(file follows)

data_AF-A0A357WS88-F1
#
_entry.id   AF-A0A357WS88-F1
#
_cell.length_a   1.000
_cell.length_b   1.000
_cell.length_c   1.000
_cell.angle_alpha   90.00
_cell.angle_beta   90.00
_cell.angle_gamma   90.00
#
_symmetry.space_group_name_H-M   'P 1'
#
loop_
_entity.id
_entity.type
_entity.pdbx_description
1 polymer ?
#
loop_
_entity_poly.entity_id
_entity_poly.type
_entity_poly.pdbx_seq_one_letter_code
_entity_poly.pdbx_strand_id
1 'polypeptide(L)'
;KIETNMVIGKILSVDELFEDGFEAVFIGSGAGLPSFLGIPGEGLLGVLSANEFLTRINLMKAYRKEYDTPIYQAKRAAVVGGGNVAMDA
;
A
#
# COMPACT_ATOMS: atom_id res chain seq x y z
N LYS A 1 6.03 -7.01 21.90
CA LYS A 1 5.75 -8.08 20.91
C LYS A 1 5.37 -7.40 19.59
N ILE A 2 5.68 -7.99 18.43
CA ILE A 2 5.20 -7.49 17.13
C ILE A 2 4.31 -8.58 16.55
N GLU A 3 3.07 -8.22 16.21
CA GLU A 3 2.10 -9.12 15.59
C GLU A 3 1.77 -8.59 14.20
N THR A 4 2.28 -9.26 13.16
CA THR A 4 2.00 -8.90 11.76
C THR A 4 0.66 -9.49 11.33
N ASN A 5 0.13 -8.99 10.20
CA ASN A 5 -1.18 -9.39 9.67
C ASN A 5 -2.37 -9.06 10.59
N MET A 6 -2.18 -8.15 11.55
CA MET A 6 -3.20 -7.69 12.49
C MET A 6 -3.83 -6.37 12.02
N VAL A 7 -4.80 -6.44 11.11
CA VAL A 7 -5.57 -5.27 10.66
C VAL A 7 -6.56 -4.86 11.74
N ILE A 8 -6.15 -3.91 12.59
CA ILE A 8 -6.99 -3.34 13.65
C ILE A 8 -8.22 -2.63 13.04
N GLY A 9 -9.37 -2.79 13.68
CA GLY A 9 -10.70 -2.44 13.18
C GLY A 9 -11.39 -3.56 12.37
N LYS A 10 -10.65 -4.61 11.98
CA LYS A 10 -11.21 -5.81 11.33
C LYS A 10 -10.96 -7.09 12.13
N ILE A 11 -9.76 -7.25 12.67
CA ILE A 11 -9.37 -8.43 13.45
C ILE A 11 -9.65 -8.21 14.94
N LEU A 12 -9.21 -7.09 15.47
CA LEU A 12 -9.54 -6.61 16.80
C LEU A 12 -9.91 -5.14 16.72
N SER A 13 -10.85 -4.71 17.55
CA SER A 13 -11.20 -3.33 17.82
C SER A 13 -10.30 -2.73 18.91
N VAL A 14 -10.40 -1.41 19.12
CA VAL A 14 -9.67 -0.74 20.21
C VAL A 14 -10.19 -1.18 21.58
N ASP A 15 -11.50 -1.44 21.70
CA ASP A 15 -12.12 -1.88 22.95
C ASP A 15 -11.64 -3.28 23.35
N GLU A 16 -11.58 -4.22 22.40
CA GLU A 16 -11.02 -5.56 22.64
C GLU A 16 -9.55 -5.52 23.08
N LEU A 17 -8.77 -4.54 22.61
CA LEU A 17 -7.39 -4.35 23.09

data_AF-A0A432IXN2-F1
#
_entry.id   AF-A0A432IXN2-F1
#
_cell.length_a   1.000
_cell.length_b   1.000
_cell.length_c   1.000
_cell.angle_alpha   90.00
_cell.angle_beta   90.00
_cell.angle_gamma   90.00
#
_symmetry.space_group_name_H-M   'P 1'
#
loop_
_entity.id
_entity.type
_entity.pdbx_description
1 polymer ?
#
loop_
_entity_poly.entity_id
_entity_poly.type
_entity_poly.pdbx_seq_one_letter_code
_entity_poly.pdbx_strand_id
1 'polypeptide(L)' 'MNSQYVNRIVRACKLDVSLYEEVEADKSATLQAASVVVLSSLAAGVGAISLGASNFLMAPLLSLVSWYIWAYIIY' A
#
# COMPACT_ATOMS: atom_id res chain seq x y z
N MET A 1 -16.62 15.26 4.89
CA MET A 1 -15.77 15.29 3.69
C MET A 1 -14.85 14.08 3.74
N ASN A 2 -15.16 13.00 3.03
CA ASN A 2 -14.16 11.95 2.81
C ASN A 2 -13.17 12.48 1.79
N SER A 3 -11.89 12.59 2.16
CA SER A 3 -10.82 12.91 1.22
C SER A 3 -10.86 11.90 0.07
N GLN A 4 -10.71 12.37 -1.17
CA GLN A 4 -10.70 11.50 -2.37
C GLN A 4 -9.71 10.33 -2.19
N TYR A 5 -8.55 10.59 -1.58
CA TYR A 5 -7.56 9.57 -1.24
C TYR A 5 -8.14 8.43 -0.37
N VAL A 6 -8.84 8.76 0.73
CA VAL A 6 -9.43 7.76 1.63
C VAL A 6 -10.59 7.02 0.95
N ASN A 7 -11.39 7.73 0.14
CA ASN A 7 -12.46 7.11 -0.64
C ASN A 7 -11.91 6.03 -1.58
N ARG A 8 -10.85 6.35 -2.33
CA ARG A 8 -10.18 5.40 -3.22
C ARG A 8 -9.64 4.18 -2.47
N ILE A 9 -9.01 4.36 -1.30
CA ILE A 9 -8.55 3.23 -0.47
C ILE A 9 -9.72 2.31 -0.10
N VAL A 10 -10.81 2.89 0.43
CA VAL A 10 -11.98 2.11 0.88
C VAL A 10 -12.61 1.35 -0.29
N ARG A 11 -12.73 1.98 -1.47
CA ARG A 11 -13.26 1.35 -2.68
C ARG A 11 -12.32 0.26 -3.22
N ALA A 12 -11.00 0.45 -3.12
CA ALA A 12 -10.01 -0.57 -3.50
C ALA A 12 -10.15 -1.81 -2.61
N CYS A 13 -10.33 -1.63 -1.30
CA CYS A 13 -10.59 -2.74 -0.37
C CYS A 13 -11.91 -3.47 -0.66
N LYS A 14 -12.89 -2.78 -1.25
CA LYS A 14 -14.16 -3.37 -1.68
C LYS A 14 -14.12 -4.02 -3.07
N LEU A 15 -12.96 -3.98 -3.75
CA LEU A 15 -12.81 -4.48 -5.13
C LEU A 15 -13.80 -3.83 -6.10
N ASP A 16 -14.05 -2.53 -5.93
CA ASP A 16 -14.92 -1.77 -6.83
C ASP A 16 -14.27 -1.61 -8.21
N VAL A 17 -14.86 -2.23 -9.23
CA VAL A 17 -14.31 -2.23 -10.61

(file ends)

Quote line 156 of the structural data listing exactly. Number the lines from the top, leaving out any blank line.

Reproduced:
N VAL A 17 -14.86 -2.23 -9.23